Please note that the certificate-key gives access to cluster sensitive data, keep it secret!
    As a safeguard, uploaded-certs will be deleted in two hours; If necessary, you can use kubeadm init phase upload-certs to reload certs afterward.
    Then you can join any number of worker nodes by running the following on each as root:
        kubeadm join --token 9vr73a.a8uxyaju799qwdjv --discovery-token-ca-cert-hash sha256:7c2e69131a36ae2a042a339b33381c6d0d43887e2de83720eff5359e26aec866
    • Copy this output to a text file. You will need it later to join control plane and worker nodes to the cluster.

    • When --upload-certs is used with kubeadm init, the certificates of the primary control plane are encrypted and uploaded in the kubeadm-certs Secret.

    • To re-upload the certificates and generate a new decryption key, use the following command on a control plane node that is already joined to the cluster:

      sudo kubeadm init phase upload-certs --upload-certs
    • You can also specify a custom --certificate-key during init that can later be used by join. To generate such a key you can use the following command:

      kubeadm certs certificate-key

    The certificate key is a hex encoded string that is an AES key of size 32 bytes.

  2. Apply the CNI plugin of your choice: Follow these instructions to install the CNI provider. Make sure the configuration corresponds to the Pod CIDR specified in the kubeadm configuration file (if applicable).

  3. Type the following and watch the pods of the control plane components get started:

    kubectl get pod -n kube-system -w

Steps for the rest of the control plane nodes

For each additional control plane node you should:

  1. Execute the join command that was previously given to you by the kubeadm init output on the first node. It should look something like this:

    sudo kubeadm join --token 9vr73a.a8uxyaju799qwdjv --discovery-token-ca-cert-hash sha256:7c2e69131a36ae2a042a339b33381c6d0d43887e2de83720eff5359e26aec866 --control-plane --certificate-key f8902e114ef118304e561c3ecd4d0b543adc226b7a07f675f56564185ffe0c07
    • The --control-plane flag tells kubeadm join to create a new control plane.
    • The --certificate-key ... will cause the control plane certificates to be downloaded from the kubeadm-certs Secret in the cluster and be decrypted using the given key.

You can join multiple control-plane nodes in parallel.

External etcd nodes

Setting up a cluster with external etcd nodes is similar to the procedure used for stacked etcd with the exception that you should setup etcd first, and you should pass the etcd information in the kubeadm config file.

Set up the etcd cluster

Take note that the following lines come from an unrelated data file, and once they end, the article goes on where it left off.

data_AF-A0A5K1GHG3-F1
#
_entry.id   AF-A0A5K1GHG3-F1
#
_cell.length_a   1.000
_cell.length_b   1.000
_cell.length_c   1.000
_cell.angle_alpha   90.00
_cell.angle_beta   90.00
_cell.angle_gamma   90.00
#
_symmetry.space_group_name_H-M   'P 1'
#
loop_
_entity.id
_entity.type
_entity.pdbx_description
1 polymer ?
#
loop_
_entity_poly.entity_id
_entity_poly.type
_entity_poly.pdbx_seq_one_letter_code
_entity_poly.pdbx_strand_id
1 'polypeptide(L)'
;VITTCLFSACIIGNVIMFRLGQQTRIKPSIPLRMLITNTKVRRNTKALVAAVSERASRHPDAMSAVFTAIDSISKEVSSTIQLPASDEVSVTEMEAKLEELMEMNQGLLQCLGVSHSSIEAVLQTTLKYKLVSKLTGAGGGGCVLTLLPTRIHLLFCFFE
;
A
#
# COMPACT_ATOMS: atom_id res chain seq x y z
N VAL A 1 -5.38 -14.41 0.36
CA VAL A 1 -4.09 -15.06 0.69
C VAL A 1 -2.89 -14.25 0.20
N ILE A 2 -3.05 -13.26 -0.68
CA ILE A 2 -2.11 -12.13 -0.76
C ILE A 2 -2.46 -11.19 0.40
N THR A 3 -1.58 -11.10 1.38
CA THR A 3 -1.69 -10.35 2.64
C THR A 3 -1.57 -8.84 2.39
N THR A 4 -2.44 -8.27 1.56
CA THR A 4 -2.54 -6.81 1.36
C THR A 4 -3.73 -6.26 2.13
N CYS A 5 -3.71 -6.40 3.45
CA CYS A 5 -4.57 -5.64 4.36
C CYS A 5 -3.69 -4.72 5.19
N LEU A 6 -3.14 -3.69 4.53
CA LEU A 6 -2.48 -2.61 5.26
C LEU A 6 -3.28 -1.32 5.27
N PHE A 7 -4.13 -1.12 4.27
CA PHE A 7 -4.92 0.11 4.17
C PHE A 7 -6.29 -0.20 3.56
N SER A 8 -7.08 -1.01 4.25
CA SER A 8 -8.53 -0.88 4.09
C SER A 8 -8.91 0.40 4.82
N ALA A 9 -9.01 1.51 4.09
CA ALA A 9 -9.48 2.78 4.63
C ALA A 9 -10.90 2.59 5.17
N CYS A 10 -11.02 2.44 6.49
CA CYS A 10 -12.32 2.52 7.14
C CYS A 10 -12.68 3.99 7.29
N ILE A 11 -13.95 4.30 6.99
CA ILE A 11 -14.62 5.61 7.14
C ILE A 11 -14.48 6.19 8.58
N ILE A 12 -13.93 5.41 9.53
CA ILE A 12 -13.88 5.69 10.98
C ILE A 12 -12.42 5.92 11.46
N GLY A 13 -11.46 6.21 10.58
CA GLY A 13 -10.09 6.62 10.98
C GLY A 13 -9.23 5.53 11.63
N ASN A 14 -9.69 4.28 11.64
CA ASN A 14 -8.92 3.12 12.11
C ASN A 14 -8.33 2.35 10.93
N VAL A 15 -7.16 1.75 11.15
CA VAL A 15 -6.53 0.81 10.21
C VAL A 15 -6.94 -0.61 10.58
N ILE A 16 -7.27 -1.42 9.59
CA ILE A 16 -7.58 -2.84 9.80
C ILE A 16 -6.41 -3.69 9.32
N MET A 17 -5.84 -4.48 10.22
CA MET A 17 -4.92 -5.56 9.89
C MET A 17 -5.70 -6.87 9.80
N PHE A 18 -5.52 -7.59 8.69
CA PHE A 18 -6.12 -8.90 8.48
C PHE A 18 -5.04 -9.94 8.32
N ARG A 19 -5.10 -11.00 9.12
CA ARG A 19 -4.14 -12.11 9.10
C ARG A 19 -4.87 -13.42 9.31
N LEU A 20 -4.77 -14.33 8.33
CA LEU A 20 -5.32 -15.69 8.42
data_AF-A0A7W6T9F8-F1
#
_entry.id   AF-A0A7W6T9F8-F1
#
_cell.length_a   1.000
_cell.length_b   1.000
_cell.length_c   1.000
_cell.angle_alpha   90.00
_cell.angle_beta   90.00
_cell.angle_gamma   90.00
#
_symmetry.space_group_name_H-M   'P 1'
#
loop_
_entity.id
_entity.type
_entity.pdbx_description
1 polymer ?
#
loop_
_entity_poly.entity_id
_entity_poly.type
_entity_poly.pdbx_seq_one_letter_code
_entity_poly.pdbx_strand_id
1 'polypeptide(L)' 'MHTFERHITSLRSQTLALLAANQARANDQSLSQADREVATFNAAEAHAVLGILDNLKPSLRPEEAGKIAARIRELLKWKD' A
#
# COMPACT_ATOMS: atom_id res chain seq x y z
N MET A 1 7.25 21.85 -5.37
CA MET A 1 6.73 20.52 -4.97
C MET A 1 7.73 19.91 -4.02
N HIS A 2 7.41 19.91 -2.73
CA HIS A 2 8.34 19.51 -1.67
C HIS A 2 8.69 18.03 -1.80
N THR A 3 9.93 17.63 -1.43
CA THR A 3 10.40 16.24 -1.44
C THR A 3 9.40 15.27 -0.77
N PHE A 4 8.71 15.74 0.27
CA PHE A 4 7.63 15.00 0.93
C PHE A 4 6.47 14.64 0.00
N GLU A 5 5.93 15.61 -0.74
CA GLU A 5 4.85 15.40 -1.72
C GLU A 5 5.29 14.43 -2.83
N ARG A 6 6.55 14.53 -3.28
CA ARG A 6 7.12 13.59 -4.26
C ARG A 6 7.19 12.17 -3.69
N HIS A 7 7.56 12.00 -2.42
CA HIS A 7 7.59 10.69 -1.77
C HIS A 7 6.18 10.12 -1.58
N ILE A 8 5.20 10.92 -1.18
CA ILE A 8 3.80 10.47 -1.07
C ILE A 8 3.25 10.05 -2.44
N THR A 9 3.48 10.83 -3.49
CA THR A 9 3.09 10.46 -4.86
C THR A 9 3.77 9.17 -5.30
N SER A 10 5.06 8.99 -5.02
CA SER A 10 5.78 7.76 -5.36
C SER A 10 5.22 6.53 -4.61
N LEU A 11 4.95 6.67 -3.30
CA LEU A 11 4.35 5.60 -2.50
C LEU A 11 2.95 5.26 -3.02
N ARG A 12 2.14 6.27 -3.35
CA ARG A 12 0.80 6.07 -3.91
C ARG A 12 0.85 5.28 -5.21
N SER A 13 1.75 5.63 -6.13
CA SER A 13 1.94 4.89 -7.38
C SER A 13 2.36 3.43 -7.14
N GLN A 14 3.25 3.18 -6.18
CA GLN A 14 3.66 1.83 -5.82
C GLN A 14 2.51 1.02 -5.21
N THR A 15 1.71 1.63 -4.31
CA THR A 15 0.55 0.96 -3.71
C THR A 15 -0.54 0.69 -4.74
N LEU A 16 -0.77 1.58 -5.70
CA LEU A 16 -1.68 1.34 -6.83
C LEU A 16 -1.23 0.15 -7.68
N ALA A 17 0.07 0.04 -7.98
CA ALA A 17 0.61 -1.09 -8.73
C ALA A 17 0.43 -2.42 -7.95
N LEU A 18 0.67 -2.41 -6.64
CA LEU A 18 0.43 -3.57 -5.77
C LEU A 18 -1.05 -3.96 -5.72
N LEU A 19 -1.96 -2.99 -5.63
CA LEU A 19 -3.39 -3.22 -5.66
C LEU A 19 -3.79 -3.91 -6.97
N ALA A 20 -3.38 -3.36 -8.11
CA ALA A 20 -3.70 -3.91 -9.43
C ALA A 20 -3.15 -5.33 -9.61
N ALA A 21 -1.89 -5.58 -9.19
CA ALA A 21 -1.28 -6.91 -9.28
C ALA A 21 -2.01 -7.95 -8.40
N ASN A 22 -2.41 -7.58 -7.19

1. Follow these instructions to set up the etcd cluster.

  2. Set up SSH as described here.

  3. Copy the following files from any etcd node in the cluster to the first control plane node:

    export CONTROL_PLANE="ubuntu@"
    scp /etc/kubernetes/pki/etcd/ca.crt "${CONTROL_PLANE}":
    scp /etc/kubernetes/pki/apiserver-etcd-client.crt "${CONTROL_PLANE}":
    scp /etc/kubernetes/pki/apiserver-etcd-client.key "${CONTROL_PLANE}":
    • Replace the value of CONTROL_PLANE with the user@host of the first control-plane node.

Set up the first control plane node

  1. Create a file called kubeadm-config.yaml with the following contents:

    kind: ClusterConfiguration
    kubernetesVersion: stable
    controlPlaneEndpoint: "LOAD_BALANCER_DNS:LOAD_BALANCER_PORT" # change this (see below)
          - https://ETCD_0_IP:2379 # change ETCD_0_IP appropriately
          - https://ETCD_1_IP:2379 # change ETCD_1_IP appropriately
          - https://ETCD_2_IP:2379 # change ETCD_2_IP appropriately
        caFile: /etc/kubernetes/pki/etcd/ca.crt
        certFile: /etc/kubernetes/pki/apiserver-etcd-client.crt
        keyFile: /etc/kubernetes/pki/apiserver-etcd-client.key
    • Replace the following variables in the config template with the appropriate values for your cluster:

      • ETCD_0_IP
      • ETCD_1_IP
      • ETCD_2_IP

The following steps are similar to the stacked etcd setup:

  1. Run sudo kubeadm init --config kubeadm-config.yaml --upload-certs on this node.

  2. Write the output join commands that are returned to a text file for later use.

  3. Apply the CNI plugin of your choice.

Steps for the rest of the control plane nodes

The steps are the same as for the stacked etcd setup:

  • Make sure the first control plane node is fully initialized.
  • Join each control plane node with the join command you saved to a text file. It's recommended to join the control plane nodes one at a time.
  • Don't forget that the decryption key from --certificate-key expires after two hours, by default.

Common tasks after bootstrapping control plane

Install workers

Worker nodes can be joined to the cluster with the command you stored previously as the output from the kubeadm init command:

sudo kubeadm join --token 9vr73a.a8uxyaju799qwdjv --discovery-token-ca-cert-hash sha256:7c2e69131a36ae2a042a339b33381c6d0d43887e2de83720eff5359e26aec866

Manual certificate distribution

If you choose to not use kubeadm init with the --upload-certs flag this means that you are going to have to manually copy the certificates from the primary control plane node to the joining control plane nodes.

There are many ways to do this. The following example uses ssh and scp:

SSH is required if you want to control all nodes from a single machine.

  1. Enable ssh-agent on your main device that has access to all other nodes in the system:

    eval $(ssh-agent)
  2. Add your SSH identity to the session:

    ssh-add ~/.ssh/path_to_private_key